Insight and discovery, and our place in the universe
by Bondo Wyszpolski
“The Rigor of Angels: Borges, Heisenberg, Kant, and the Ultimate Nature of Reality,” by William Egginton (Pantheon, 338 pp, $32)
The subtitle should immediately clear the house, but those who remain are in for a ride. William Egginton has corralled three pilgrims from different disciplines, and shows how each of them trekked up the mountain we call Reality. Or, to put this another way, the Argentine fabulist Jorge Luis Borges (1899-1986), German physicist Werner Heisenberg (1901-1976), and Prussian philosopher Immanuel Kant (1724-1804), strange bedfellows though they may seem, each in his own way contributed to the undermining of metaphysical prejudice.
Okay, what does that mean? Basically, there’s the reality we’re wired to see and imagine and a reality that’s very different, one which we’re not wired to see. It’s comparable to an optical illusion, where your eyes tell you one thing but your reason tells you something else. Or as Heisenberg himself put it, “we have to remember that what we observe is not nature in itself but nature exposed to our method of questioning.”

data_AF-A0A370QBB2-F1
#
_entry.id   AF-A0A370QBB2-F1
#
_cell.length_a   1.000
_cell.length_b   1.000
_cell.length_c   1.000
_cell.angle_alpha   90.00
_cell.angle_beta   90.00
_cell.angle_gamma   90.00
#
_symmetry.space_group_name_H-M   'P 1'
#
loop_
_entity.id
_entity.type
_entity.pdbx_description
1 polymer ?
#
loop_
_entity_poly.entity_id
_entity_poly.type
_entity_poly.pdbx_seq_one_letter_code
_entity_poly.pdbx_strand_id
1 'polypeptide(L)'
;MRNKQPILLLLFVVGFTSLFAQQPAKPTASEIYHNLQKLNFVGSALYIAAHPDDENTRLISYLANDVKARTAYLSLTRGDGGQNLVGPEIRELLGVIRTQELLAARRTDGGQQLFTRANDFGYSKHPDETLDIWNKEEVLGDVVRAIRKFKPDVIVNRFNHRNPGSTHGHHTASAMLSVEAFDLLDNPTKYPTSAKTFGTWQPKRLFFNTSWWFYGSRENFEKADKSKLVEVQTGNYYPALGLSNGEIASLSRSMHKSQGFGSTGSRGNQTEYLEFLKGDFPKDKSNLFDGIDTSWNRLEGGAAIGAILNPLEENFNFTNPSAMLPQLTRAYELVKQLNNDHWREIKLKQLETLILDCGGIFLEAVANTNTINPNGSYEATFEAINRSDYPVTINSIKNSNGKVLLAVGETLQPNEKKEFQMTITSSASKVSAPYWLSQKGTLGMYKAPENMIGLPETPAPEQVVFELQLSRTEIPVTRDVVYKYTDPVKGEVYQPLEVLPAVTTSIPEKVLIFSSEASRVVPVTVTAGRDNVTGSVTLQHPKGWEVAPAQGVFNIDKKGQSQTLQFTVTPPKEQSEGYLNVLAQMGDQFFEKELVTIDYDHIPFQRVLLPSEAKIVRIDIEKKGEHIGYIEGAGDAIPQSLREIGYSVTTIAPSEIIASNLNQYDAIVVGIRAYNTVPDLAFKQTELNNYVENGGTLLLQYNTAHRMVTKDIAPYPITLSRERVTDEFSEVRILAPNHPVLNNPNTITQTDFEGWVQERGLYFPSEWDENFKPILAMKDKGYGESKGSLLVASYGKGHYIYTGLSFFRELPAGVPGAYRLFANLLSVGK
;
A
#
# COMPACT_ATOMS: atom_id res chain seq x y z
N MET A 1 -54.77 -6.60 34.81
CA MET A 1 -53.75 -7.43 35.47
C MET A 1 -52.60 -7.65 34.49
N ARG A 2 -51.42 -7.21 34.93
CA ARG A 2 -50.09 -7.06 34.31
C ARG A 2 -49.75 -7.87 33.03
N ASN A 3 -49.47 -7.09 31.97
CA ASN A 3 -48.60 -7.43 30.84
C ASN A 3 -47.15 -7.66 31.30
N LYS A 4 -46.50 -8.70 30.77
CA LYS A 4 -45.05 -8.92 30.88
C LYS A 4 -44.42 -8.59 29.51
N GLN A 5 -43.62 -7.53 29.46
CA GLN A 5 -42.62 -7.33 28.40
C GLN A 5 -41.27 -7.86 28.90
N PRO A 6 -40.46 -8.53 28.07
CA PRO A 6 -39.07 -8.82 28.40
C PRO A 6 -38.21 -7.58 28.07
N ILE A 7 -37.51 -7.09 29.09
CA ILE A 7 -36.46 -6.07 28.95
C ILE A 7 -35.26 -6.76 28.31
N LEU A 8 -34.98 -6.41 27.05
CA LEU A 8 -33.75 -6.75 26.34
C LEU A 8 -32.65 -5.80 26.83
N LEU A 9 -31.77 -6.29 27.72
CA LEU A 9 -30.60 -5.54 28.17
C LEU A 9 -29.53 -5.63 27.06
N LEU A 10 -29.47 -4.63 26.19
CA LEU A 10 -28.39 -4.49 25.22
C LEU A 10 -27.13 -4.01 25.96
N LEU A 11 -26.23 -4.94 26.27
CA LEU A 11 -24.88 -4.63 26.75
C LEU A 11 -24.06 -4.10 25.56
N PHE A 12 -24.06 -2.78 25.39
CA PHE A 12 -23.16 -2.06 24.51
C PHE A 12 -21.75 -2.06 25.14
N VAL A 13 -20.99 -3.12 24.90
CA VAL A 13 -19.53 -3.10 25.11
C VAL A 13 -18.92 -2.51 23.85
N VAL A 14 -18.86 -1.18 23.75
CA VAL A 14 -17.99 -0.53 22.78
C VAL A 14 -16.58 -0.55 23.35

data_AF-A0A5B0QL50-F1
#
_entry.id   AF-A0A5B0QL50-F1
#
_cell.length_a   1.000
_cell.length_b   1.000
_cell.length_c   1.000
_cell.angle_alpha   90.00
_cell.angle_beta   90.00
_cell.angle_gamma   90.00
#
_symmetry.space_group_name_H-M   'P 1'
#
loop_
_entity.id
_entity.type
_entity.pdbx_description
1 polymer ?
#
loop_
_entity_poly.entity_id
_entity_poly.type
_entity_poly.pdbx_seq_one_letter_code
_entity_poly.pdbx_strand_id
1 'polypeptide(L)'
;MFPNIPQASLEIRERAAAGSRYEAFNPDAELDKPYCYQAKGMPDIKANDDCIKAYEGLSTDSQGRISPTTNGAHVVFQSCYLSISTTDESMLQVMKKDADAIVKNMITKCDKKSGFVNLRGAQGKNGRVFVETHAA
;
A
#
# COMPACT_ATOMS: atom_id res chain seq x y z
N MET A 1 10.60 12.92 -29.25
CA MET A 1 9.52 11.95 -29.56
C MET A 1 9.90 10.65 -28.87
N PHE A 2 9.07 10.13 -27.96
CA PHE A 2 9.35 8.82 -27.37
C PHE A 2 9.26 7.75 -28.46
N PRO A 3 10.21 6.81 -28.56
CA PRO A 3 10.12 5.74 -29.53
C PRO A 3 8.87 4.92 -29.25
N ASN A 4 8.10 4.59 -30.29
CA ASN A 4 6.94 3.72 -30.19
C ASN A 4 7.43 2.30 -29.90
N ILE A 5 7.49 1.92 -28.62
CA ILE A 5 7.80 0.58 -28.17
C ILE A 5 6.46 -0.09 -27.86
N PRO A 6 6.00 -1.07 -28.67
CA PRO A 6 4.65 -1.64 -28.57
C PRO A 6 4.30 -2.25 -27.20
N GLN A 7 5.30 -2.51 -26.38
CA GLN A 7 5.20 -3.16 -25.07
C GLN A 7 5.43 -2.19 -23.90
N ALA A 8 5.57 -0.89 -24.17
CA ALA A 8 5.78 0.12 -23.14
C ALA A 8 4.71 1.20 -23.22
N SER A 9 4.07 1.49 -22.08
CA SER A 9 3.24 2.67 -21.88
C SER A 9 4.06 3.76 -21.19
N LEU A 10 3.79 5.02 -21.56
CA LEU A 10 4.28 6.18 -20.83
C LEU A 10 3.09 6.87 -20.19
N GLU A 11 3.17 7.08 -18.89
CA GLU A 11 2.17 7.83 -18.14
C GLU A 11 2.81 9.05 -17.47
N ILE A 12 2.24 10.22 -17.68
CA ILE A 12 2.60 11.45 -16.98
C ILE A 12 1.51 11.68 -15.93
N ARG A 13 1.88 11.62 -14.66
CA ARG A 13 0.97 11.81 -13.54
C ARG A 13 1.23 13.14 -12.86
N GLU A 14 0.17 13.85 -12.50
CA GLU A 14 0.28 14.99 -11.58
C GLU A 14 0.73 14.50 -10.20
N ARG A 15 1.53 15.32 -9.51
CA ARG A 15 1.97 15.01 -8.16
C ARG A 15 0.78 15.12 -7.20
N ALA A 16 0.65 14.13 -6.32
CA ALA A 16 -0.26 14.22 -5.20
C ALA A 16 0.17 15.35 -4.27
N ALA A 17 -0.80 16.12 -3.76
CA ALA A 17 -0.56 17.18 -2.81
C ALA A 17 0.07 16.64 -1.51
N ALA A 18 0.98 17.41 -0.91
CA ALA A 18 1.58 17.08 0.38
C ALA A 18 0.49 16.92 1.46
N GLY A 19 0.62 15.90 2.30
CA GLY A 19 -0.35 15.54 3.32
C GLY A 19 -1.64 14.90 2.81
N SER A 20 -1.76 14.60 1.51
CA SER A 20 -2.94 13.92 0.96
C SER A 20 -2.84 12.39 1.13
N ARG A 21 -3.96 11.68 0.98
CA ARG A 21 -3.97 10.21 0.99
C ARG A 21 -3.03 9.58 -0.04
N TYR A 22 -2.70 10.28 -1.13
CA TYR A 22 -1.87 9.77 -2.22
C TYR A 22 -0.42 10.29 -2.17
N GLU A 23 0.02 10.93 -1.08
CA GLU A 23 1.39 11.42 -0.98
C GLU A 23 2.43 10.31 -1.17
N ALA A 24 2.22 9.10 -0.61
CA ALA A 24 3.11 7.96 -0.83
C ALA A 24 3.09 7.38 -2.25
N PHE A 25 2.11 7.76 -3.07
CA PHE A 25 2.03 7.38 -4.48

Keep that in mind, because many of the theories and concepts explicated by these three gentlemen may require two things, our suspension of disbelief coupled with the fact that, no matter how smart we think we are, all of us eventually end up banging our heads on the ceiling of our limitations. That includes Einstein, of course, a guest artist of sorts who is also interwoven through these pages. But everyone deserves a shot at illumination. As Egginton notes, “To deprive a human being, any human being, of the opportunity to cultivate his or her own mind was to undermine the free use of reason that Kant believed an essential part of being human.”“The Rigor of Angels” is somewhat like a novel that toggles between one character’s viewpoint and another’s, with a summation that attempts to tie them all together. And so, through this three-pronged attack, so to speak, Egginton presents and explores with us some big questions, such as is time and space divisible, is there a Supreme Being in the house, do space and time have limits or boundaries, and do we really have free will.